The Reserve Bank of India announced a revised framework for non-banking financial companies (NBFCs), raising the minimum net owned funds limit while capping deposit acceptance and aligning bad loan norms with banks.
GS Sundararajan, MD of Shriram City Union Finance says his main worry is how these norms will impact customers. He says most of his customers do not have regular cash flows and a 90 days credit rule will make it difficult for them to pay.
He says if India is to follow such stringent global rules, it is best not to talk about financial inclusion in that case. He believes, in order to follow the RBI rules, the target market of NBFCs will change.
Below is the transcript of GS Sundararajan’s interview to CNBC-TV18’s Latha Venkatesh and Sonia Shenoy
Latha: What would you say is the impact on your group companies both Shriram City Union Finance as well as Shriram Transport? These new bad loan rules as well as capital rules from the Reserve Bank of India (RBI)?
A: The financial impact is not the main issue here. The impact is more on how much the customers will be impacted because if you are going to term people who are not NPAs as NPAs at 90 days, it is going to really cause a lot of hardship to the target market which companies like Shriram are addressing. For example if more repositions will be there, it will cause a lot more misery to the people who are otherwise going to pay up anyway.
Latha: But you have three and half years to educate them, next year it is only going to be five months. Is that not enough to educate your borrower?
A: The whole problem is this is not about education, this is about the fact that these customers have irregular cash flows, they do not have cash flows which come in exactly like the way the mid corporate people get, they are in the last level of the value chain and therefore their cash flows are not predictable and that is why banks do not fund them that is why lot of NBFCs have taken the risk of investing in capital and trying to fund these people. Today if you go and say that you will also address them like others then we are actually telling these customers that we don’t have space for you in terms of credit. If we also have the same thing as banks have of 90 days then our target market will also change, we will also keep doing the same customers.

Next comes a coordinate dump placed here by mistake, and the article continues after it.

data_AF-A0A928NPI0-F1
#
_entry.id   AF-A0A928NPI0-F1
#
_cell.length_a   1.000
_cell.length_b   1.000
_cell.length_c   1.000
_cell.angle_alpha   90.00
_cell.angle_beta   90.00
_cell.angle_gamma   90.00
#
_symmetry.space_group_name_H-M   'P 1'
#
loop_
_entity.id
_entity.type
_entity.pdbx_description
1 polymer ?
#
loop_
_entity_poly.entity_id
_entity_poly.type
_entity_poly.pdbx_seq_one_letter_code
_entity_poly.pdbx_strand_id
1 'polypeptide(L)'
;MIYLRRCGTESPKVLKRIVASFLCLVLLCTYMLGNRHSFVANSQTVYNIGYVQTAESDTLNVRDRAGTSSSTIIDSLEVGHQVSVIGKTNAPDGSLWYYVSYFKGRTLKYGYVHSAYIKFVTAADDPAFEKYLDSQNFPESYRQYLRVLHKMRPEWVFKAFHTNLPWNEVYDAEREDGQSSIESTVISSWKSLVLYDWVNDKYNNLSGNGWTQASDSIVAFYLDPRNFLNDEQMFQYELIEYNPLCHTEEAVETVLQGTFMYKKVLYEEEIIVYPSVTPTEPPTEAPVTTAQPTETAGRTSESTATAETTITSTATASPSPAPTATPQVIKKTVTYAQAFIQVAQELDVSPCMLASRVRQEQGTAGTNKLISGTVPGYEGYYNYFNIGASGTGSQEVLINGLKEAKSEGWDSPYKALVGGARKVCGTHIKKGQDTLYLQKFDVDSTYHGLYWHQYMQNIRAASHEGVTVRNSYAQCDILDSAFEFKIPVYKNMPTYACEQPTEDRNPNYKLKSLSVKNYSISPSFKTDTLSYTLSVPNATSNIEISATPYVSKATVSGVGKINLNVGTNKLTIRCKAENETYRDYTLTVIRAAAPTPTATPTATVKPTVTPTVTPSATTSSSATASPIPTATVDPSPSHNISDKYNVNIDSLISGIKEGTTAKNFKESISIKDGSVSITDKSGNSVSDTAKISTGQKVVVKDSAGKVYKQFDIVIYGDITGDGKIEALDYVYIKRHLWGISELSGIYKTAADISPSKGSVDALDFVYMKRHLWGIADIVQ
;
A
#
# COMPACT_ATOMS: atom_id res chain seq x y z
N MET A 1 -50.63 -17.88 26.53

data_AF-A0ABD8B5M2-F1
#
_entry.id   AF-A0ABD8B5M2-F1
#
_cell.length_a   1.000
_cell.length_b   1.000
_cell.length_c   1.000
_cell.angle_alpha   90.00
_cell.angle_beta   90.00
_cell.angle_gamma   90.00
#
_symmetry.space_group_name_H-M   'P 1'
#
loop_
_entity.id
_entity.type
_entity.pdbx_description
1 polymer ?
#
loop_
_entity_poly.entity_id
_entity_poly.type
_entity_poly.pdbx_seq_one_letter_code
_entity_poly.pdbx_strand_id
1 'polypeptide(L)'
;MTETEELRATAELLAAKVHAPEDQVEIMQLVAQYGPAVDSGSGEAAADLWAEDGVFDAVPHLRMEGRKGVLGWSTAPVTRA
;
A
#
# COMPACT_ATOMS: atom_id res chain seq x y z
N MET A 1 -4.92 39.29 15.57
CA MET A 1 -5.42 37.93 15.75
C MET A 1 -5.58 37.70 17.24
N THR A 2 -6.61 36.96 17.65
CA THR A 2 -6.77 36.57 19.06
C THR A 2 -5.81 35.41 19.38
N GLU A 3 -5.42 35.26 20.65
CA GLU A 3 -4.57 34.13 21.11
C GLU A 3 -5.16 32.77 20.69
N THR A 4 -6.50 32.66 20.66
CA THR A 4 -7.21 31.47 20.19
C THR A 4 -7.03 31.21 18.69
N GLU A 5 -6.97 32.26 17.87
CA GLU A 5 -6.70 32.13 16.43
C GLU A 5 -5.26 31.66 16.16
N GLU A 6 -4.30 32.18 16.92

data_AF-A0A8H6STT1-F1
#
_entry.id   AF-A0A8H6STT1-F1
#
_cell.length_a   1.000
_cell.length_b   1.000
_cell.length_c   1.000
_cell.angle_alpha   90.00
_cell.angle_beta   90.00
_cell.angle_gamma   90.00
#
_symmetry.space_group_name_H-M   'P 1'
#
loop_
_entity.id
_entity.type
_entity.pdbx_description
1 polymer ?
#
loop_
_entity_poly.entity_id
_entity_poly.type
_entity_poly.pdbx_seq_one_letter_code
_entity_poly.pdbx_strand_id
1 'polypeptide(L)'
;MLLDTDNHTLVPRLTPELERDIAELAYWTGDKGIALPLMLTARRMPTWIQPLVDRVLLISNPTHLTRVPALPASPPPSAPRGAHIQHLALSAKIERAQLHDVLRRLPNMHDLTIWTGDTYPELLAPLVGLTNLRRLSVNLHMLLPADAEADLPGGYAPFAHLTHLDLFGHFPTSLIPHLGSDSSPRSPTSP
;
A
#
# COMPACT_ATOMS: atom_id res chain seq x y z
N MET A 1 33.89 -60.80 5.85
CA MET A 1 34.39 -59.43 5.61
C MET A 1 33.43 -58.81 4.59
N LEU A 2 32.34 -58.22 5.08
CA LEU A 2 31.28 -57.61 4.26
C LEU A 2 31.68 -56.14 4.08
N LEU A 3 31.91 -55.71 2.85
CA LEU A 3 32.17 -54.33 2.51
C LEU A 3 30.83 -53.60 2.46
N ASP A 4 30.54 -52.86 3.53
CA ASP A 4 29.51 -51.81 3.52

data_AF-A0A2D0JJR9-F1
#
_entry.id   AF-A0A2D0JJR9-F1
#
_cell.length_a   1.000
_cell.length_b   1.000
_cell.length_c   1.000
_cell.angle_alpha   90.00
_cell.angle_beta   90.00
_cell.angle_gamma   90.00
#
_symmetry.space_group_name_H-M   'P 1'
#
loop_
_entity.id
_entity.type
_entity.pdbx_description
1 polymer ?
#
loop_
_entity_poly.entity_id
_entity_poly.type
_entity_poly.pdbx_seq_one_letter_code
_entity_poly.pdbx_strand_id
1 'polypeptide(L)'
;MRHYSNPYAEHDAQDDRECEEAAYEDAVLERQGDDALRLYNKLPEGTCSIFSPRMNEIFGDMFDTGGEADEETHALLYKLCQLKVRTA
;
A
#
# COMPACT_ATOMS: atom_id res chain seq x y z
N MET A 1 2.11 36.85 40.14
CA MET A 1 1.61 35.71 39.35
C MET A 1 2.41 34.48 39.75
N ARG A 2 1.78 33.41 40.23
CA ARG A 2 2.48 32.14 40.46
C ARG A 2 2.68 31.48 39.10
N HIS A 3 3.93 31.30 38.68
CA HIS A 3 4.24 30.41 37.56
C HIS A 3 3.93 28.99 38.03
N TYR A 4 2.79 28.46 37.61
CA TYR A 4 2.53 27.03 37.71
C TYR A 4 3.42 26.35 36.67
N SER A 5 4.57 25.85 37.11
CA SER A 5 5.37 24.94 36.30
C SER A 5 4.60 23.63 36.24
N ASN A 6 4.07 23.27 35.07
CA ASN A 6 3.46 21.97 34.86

Latha: In a sense these have become international rules, something which perhaps the Indian regulator has to synchronise with. Did you make your point to the RBI?
A: Yes that is fine but then we should not talk of financial inclusion, let us continue to have 40 percent of our people deprived of credit.
Latha: What do you see as the P&L impact though for companies like Shriram?
A: P&L impact is irrelevant, the accounting is not what I am talking about, I am talking about the kind of deprivation.
Latha: I take your point that you will have to move out of certain categories of people whom you are lending to. But for another group of people who are your investors, is there a P&L impact for FY15, FY16?
A: We have not calculated and it is not relevant because we have 80 percent coverage in terms of our gross NPA so I don’t think we will have any issues on the financials anyway. Our issue is not about financing, our issue is about how this kind of a target market which very few NBFCs are serving, is now going to go away and then why are we talking of financial inclusion.
Shriram City stock price
On November 11, 2014, at 12:09 hrs Shriram City Union Finance was quoting at Rs 1735.00, down Rs 27.25, or 1.55 percent. The 52-week high of the share was Rs 1827.80 and the 52-week low was Rs 935.00.
The company’s trailing 12-month (TTM) EPS was at Rs 82.25 per share as per the quarter ended September 2014. The stock’s price-to-earnings (P/E) ratio was 21.09. The latest book value of the company is Rs 440.77 per share. At current value, the price-to-book value of the company is 3.94.